\begin{array}{ll}\hfill {m}_{j}\left(t\right)& =h\left(t\right)*\sum _{i=1}^{L}\underset{{\Omega}_{i}}{\int}{v}_{j}\left(\mathbf{r}\right)s\left(\mathbf{r},t\right)\mathsf{\text{d}}\mathbf{r}\phantom{\rule{2em}{0ex}}\\ =h\left(t\right)*\sum _{i=1}^{L}{v}_{ji}\underset{{\Omega}_{i}}{\int}s\left(\mathbf{r},t\right)\mathsf{\text{d}}\mathbf{r}\phantom{\rule{2em}{0ex}}\\ =\sum _{i=1}^{L}{v}_{ji}\left[h\left(t\right)*\underset{{\Omega}_{i}}{\int}s\left(\mathbf{r},t\right)\mathsf{\text{d}}\mathbf{r}\right]\phantom{\rule{2em}{0ex}}\\ =\sum _{i=1}^{L}{v}_{ji}{s}_{i}\left(t\right)\phantom{\rule{2em}{0ex}}\end{array}

(3)

where *v*_{
ji
}is the *j* th element of the signature vector of Ω_{
i
}, and {s}_{i}\left(t\right)=h\left(t\right)*{\int}_{{\Omega}_{i}}s\left(\mathbf{r},t\right)\mathsf{\text{d}}\mathbf{r} is the sensor measurement of sampling cell Ω_{
i
}.

Then (3) can be written in a matrix form as

\mathbf{m}=\mathbf{Vs}

(4)

where **m** = [*m*_{
j
}(*t*)] ∈ ℝ^{M×1}is the measurement vector, **V** = [*v*_{
ji
}] ∈ ℝ^{M×L}is the measure matrix determined by the visibility modulation scheme, and **s** = [*s*_{
i
}(*t*)] ∈ ℝ^{L×1}is the sensor measurement of the sampling cells.

As the analysis mentioned in Section 3.1, to capture the discriminative spatio-temporal feature of the fall, it requires that the system can sense the time-varying *HME* of each sub-region. In our sensing model design, each sampling cell corresponds to a sub-region of the monitored region, and the PIR sensors are employed to capture the time-varying *HME* of these sampling cells. Therefore, our sensing model satisfies the design requirements. Our sensing model is an intrinsic non-isomorphic model, which means the number of PIR sensors *M* is less than the number of sampling cells *L*, and the measurement of each PIR sensor is a linear combination of the sampling cells [30]. However, its sensing efficiency is high, that is, it can robustly detect the fall by processing low-dimensional sensor data directly. The reason lies in that the our sensing model captures the most discriminative spatio-temporal feature of the fall by efficient spatial segmentation. In Section 5, we will elaborate the system implementation, and list the specification of the *reference structure*.

### 3.3 Signal feature extraction

To represent the energy variation of the time-varying PIR sensor signals, it is critical to select an appropriate feature. Because the short time energy (*STE*) has been proved effective in depicting the energy variation of the sine-like waveform [31], we employ it as the feature of the PIR signals. The *STE* of the *n* th frame of the *j* th PIR is defined as

{p}_{j}\left(n\right)=\sum _{k=0}^{{Z}_{n}-1}\left|{m}_{j}\left(k\right)-avST{E}_{j}\left(n\right)\right|

(5)

\mathsf{\text{with}}\phantom{\rule{2.77695pt}{0ex}}avST{E}_{j}\left(n\right)=\frac{1}{{Z}_{n}}\sum _{k=0}^{{Z}_{n}-1}{m}_{j}\left(k\right)

(6)

where *j* ∈ {1, ..., *M*} is the index of the PIR sensor, *Z*_{
n
}is the total number of the sampling points in the *n* th frame, *avSTE*_{
j
}(*n*) is the average energy of the sampling points, and *m*_{
j
}(*k*) is the signal amplitude of the *k* th sampling point.

### 3.4 Hierarchical classifier

Based on the extracted signal feature, *STE* of each frame, we can continue to design the corresponding classifier. The design of the classifier is problem-specific. Fall detection could be regarded as a binary classification problem, that is, fall or other normal activities. However, because it is difficult to design a single classifier to accomplish the task, the coarse-to-fine strategy is a better choice [32]. Thus, we design a binary hierarchical classifier for the fall detection.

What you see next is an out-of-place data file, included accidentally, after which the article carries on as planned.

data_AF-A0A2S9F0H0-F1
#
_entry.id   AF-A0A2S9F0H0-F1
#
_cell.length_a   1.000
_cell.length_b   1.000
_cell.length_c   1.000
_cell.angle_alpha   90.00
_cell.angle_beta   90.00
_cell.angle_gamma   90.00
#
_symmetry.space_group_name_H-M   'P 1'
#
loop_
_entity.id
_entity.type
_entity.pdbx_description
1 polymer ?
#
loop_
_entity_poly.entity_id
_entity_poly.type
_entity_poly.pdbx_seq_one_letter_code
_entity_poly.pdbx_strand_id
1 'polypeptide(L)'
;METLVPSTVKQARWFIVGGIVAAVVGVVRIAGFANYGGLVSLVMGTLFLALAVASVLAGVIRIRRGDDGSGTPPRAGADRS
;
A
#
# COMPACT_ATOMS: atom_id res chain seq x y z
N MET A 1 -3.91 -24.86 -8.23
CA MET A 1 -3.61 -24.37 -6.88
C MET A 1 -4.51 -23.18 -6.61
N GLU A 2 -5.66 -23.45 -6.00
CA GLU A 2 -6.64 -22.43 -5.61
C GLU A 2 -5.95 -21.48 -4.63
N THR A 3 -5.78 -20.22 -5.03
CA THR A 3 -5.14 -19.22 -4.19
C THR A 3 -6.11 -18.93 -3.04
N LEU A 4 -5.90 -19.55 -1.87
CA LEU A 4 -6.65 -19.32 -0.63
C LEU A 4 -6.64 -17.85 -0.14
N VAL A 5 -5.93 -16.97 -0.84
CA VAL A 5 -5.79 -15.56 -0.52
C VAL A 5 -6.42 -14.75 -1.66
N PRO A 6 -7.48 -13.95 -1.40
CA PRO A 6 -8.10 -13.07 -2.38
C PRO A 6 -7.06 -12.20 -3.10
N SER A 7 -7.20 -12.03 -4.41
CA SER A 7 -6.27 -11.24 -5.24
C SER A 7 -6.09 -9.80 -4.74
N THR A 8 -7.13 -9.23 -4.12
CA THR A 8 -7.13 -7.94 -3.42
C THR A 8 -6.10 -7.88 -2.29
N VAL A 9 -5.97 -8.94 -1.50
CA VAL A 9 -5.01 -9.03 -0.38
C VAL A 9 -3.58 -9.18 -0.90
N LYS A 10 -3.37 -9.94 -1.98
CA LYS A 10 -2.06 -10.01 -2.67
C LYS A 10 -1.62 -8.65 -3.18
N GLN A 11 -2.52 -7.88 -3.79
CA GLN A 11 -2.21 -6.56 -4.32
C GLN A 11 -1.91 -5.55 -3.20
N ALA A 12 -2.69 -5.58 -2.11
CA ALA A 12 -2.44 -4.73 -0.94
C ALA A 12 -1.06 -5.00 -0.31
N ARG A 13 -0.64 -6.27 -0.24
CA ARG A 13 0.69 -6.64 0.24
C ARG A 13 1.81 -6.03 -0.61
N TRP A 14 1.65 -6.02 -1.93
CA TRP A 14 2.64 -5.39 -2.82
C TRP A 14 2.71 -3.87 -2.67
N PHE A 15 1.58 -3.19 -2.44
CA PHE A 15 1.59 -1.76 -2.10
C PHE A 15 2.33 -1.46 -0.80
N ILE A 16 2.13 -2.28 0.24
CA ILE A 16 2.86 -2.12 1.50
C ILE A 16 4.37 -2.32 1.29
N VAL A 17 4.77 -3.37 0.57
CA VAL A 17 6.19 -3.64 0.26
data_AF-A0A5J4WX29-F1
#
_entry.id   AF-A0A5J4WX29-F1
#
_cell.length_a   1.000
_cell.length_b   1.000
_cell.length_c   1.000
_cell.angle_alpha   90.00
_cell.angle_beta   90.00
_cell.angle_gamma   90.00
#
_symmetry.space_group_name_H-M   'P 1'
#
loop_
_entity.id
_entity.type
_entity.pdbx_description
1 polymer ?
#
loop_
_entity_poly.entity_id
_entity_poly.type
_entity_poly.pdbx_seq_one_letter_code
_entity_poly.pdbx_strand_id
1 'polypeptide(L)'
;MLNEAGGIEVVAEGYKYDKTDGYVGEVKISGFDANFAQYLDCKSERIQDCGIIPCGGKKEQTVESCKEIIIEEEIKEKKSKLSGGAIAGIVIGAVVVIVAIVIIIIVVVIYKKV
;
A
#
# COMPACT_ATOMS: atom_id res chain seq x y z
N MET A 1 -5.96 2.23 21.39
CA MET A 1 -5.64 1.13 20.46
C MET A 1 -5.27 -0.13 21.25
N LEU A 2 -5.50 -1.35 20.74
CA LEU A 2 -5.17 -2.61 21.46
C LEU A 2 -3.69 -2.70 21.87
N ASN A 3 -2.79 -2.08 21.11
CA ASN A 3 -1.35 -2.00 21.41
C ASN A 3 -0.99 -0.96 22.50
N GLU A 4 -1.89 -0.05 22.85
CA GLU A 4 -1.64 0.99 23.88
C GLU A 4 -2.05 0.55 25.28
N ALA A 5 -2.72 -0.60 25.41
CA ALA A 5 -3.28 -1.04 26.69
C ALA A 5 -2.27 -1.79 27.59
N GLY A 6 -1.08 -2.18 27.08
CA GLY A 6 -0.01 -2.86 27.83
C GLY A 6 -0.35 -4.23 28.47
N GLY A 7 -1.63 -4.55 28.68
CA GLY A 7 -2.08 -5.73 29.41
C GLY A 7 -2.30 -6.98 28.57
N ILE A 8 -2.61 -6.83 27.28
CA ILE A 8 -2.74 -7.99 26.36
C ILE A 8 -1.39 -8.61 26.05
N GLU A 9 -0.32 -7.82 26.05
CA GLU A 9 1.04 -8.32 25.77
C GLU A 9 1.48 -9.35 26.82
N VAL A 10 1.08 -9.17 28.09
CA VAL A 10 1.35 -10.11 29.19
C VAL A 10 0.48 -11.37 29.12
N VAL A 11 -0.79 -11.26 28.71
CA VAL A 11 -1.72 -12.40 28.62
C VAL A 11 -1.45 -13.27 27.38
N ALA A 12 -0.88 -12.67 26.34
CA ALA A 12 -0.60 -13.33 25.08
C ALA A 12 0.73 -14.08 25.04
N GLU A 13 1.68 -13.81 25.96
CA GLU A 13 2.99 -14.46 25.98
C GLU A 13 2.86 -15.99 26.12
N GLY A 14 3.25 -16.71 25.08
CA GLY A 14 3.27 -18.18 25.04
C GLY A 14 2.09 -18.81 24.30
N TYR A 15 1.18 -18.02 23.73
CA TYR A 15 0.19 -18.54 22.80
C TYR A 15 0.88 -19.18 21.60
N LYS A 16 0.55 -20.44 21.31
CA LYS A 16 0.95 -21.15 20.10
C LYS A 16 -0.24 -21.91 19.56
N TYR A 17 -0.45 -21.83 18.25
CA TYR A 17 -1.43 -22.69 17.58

The hierarchical classifier in our study is based on the hidden Markov models (HMMs). HMMs have been demonstrated as a powerful tool for modeling time-varying sequence data, such as speech [33] and video stream [34]. The parameters of a HMM can be denoted compactly by *λ* = (**A**, **B**, **Π**), where **A** = {*a*_{
ij
}} represents the hidden state transition probabilities matrix, **B** = {*b*_{
i
}(**p**(*n*))} denotes the probability density distribution of the observation vector, and **Π** = {*π*_{
i
}} is the initial state probability vector [33]. The parameters are learned from training data using Baum-Welch method. This is done for each class separately.

The binary hierarchical classifier we designed is the two-layer HMMs model, as shown in Figure 4. The normal activities include normal horizontal activities and normal vertical activities. The first-layer HMMs is responsible to classify the unknown activities into normal horizontal activities and the rest. The horizontal activities include walking and jogging, and the rest activities include fall, sitting down, and standing up. In other words, we need to train two HMMs to separate these two groups of activities, *G*_{1} = {walking, jogging} and *G*_{2} = {fall, sitting down, standing up}. Based on the Bayesian rule, given the sequence **P** = [*p*_{
j
}(*n*)], the likelihood output *p*(λ_{
i
}|**P**) is proportional to *p*(**P**|λ_{
i
}). That is, label the input sequence **P** to the HMM with the height likelihood,

{i}^{*}=\text{arg}\phantom{\rule{2.77695pt}{0ex}}\phantom{\rule{2.77695pt}{0ex}}\underset{i\in \left\{1,2\right\}}{\text{max}}p\left(\mathbf{P}|{\lambda}_{i}\right)

(7)

where λ_{1} and λ_{2} correspond to *G*_{1} and *G*_{2}, respectively.

By the same method, the second-layer HMMs is to distinguish the fall from other normal vertical activities (sitting down and standing up).